Glutamic oxaloacetic transaminase is an enzyme found in significant concentrations in heart, liver, skeletal muscle, kidney, pancreas, spleen, and lung. Damage to any of these tissues results in release of the enzyme into the circulation. Measurement of serum levels of the enzyme (SGOT) may be of great value in the diagnosis of certain disease states, especially those of viral hepatitis and myocardial infarction.
The occurrence of SGOT values in excess of 500 units has been noted in relatively few conditions. Primary among these are infectious, serum, and toxic hepatitis, in which levels of several thousand units are often noted. Such high levels are often considered virtually pathognomonic of hepatitis, although several other conditions, particularly congestive heart failure, necrotic tumor in the liver, and extrahepatic biliary obstruction1 are occasionally associated with unusually high transaminase values.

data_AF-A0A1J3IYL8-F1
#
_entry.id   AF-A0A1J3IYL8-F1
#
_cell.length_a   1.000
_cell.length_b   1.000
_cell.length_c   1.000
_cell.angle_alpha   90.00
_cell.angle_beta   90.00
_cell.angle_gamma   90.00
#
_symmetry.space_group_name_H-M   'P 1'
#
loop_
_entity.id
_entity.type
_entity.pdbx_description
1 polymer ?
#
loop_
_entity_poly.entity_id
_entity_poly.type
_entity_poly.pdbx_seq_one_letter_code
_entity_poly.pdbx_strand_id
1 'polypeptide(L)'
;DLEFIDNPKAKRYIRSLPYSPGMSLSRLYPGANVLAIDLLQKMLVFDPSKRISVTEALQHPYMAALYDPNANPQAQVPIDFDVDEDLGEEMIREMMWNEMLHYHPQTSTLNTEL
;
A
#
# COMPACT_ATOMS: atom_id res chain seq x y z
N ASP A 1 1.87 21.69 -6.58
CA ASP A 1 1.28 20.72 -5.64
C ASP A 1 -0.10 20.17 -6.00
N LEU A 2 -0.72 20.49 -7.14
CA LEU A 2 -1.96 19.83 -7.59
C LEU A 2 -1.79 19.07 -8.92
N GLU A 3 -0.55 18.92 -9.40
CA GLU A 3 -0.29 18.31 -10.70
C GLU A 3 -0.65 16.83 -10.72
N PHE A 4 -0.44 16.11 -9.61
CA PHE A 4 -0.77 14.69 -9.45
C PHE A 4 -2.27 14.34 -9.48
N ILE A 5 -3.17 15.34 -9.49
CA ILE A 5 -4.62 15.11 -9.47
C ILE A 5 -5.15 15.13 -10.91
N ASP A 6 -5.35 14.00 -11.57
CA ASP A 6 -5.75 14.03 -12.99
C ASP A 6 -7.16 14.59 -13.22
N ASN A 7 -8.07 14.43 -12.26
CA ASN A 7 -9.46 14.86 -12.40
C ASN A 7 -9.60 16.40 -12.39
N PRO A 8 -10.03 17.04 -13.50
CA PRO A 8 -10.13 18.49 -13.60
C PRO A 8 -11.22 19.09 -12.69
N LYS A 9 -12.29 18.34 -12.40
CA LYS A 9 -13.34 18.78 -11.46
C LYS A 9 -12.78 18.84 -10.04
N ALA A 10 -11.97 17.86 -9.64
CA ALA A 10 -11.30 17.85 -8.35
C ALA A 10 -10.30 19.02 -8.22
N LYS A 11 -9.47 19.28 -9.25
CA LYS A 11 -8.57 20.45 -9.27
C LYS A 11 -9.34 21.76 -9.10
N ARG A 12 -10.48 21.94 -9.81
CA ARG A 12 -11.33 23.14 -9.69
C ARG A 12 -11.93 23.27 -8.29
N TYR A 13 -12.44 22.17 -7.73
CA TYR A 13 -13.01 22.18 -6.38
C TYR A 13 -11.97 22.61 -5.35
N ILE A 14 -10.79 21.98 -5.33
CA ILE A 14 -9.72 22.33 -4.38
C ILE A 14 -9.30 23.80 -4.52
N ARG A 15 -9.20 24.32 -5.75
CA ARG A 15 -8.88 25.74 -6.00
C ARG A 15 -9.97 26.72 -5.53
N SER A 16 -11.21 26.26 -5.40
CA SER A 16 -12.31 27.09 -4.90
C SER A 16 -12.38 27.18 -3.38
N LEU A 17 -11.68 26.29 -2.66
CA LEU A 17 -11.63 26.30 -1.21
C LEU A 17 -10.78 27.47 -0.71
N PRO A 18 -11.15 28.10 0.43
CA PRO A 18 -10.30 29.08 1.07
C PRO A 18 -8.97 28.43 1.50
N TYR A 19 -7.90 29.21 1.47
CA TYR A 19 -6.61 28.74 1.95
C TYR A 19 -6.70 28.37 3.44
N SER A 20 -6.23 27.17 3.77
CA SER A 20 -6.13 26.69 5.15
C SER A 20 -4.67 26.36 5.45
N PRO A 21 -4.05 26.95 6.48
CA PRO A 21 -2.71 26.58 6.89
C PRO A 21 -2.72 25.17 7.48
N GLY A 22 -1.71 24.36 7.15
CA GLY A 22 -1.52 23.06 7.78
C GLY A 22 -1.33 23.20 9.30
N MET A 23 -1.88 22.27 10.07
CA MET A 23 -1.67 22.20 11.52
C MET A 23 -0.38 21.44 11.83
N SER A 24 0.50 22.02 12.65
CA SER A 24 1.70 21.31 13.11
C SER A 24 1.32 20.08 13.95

A communication in the March issue of the Archives of Internal Medicine1 indicates that pericardial
THE SHRINKING SPECIFICITY OF THE TRANSAMINASE DETERMINATION. JAMA. 1965;191(13):1079. doi:10.1001/jama.1965.03080130039014